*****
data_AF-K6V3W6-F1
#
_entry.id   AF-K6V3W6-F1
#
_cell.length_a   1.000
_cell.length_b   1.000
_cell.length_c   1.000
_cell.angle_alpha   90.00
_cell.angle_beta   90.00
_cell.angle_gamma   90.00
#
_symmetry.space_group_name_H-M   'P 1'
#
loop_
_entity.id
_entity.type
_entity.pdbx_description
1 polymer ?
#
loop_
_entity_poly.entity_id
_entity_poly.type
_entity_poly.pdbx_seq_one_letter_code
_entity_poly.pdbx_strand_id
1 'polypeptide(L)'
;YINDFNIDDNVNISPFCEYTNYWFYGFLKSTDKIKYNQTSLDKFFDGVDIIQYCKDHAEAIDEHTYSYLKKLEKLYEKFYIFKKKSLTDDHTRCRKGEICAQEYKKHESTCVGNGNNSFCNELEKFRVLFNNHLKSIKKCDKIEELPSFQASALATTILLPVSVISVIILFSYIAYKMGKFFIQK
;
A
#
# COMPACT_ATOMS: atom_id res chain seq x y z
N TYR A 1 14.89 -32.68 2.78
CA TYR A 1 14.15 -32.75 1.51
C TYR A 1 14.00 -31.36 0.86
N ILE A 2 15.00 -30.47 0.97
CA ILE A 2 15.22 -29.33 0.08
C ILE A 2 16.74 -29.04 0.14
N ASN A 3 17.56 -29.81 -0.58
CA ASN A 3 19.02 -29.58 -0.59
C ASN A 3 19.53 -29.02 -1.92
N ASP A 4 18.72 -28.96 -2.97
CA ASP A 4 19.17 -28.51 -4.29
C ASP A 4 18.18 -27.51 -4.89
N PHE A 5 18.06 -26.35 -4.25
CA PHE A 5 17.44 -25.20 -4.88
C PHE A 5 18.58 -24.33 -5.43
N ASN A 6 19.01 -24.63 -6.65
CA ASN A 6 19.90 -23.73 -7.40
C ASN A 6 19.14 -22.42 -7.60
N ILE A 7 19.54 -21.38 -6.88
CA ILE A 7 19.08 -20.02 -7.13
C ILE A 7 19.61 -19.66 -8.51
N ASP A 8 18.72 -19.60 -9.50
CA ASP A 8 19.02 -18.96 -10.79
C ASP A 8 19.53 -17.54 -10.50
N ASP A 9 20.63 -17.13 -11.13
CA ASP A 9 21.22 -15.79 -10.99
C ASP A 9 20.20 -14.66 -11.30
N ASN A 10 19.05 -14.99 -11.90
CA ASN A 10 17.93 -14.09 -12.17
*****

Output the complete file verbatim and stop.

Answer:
data_AF-K6V3W6-F1
#
_entry.id   AF-K6V3W6-F1
#
_cell.length_a   1.000
_cell.length_b   1.000
_cell.length_c   1.000
_cell.angle_alpha   90.00
_cell.angle_beta   90.00
_cell.angle_gamma   90.00
#
_symmetry.space_group_name_H-M   'P 1'
#
loop_
_entity.id
_entity.type
_entity.pdbx_description
1 polymer ?
#
loop_
_entity_poly.entity_id
_entity_poly.type
_entity_poly.pdbx_seq_one_letter_code
_entity_poly.pdbx_strand_id
1 'polypeptide(L)'
;YINDFNIDDNVNISPFCEYTNYWFYGFLKSTDKIKYNQTSLDKFFDGVDIIQYCKDHAEAIDEHTYSYLKKLEKLYEKFYIFKKKSLTDDHTRCRKGEICAQEYKKHESTCVGNGNNSFCNELEKFRVLFNNHLKSIKKCDKIEELPSFQASALATTILLPVSVISVIILFSYIAYKMGKFFIQK
;
A
#
# COMPACT_ATOMS: atom_id res chain seq x y z
N TYR A 1 14.89 -32.68 2.78
CA TYR A 1 14.15 -32.75 1.51
C TYR A 1 14.00 -31.36 0.86
N ILE A 2 15.00 -30.47 0.97
CA ILE A 2 15.22 -29.33 0.08
C ILE A 2 16.74 -29.04 0.14
N ASN A 3 17.56 -29.81 -0.58
CA ASN A 3 19.02 -29.58 -0.59
C ASN A 3 19.53 -29.02 -1.92
N ASP A 4 18.72 -28.96 -2.97
CA ASP A 4 19.17 -28.51 -4.29
C ASP A 4 18.18 -27.51 -4.89
N PHE A 5 18.06 -26.35 -4.25
CA PHE A 5 17.44 -25.20 -4.88
C PHE A 5 18.58 -24.33 -5.43
N ASN A 6 19.01 -24.63 -6.65
CA ASN A 6 19.90 -23.73 -7.40
C ASN A 6 19.14 -22.42 -7.60
N ILE A 7 19.54 -21.38 -6.88
CA ILE A 7 19.08 -20.02 -7.13
C ILE A 7 19.61 -19.66 -8.51
N ASP A 8 18.72 -19.60 -9.50
CA ASP A 8 19.02 -18.96 -10.79
C ASP A 8 19.53 -17.54 -10.50
N ASP A 9 20.63 -17.13 -11.13
CA ASP A 9 21.22 -15.79 -10.99
C ASP A 9 20.20 -14.66 -11.30
N ASN A 10 19.05 -14.99 -11.90
CA ASN A 10 17.93 -14.09 -12.17